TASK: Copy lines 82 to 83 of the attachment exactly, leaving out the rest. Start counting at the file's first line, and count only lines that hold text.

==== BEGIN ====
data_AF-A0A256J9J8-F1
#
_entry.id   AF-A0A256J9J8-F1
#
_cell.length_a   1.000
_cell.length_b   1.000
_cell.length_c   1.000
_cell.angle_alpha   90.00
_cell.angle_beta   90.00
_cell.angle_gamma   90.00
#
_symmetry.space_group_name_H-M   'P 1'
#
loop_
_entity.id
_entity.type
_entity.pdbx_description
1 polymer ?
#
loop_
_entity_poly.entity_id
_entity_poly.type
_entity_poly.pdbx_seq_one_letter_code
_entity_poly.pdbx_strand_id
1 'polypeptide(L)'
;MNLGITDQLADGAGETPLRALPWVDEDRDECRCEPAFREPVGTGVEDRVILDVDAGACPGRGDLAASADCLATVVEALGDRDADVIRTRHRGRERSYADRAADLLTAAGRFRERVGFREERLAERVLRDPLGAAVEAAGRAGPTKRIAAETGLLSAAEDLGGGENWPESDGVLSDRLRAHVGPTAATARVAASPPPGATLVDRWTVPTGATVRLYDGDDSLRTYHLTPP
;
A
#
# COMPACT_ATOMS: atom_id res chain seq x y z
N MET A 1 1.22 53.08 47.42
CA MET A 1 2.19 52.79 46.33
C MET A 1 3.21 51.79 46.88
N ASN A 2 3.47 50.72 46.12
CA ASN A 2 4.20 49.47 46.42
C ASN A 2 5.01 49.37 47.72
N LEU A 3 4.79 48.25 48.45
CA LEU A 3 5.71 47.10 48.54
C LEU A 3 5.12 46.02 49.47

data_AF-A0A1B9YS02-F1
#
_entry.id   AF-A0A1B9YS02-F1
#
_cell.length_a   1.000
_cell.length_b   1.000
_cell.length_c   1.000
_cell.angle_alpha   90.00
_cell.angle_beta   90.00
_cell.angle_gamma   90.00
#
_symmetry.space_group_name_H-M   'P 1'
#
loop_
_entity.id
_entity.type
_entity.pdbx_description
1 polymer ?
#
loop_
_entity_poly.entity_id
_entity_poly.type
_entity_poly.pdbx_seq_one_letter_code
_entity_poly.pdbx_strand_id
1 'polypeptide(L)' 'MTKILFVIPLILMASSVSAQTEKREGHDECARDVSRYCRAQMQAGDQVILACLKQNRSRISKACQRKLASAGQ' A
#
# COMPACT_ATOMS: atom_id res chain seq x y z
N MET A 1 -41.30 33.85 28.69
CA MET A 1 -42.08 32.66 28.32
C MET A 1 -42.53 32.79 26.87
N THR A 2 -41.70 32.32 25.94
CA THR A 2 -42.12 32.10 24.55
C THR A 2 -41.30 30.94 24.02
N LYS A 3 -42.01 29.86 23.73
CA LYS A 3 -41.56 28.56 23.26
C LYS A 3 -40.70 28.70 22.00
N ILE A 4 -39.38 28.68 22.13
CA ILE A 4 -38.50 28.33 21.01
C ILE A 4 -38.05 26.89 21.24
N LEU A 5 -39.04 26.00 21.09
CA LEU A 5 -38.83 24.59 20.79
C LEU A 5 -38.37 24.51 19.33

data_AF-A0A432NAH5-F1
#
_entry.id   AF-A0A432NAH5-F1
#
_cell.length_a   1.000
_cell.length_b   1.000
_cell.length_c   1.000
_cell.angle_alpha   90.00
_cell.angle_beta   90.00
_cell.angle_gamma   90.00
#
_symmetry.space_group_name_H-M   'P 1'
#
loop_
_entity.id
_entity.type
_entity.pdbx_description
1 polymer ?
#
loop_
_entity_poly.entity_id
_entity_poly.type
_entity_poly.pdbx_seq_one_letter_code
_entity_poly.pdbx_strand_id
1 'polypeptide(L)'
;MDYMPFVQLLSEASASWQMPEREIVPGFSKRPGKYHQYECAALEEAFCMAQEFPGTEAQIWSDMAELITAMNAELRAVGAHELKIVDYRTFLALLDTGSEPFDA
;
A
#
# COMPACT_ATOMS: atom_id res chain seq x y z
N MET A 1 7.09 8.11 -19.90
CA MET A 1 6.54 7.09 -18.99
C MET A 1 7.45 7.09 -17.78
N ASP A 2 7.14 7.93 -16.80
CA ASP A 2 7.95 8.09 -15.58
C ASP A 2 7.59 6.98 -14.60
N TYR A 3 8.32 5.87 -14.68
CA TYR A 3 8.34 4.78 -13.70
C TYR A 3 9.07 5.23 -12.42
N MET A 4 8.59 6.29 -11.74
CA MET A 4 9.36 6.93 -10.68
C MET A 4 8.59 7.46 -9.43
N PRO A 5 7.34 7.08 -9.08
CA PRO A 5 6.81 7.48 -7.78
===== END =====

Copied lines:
data_AF-A0A432NAH5-F1
#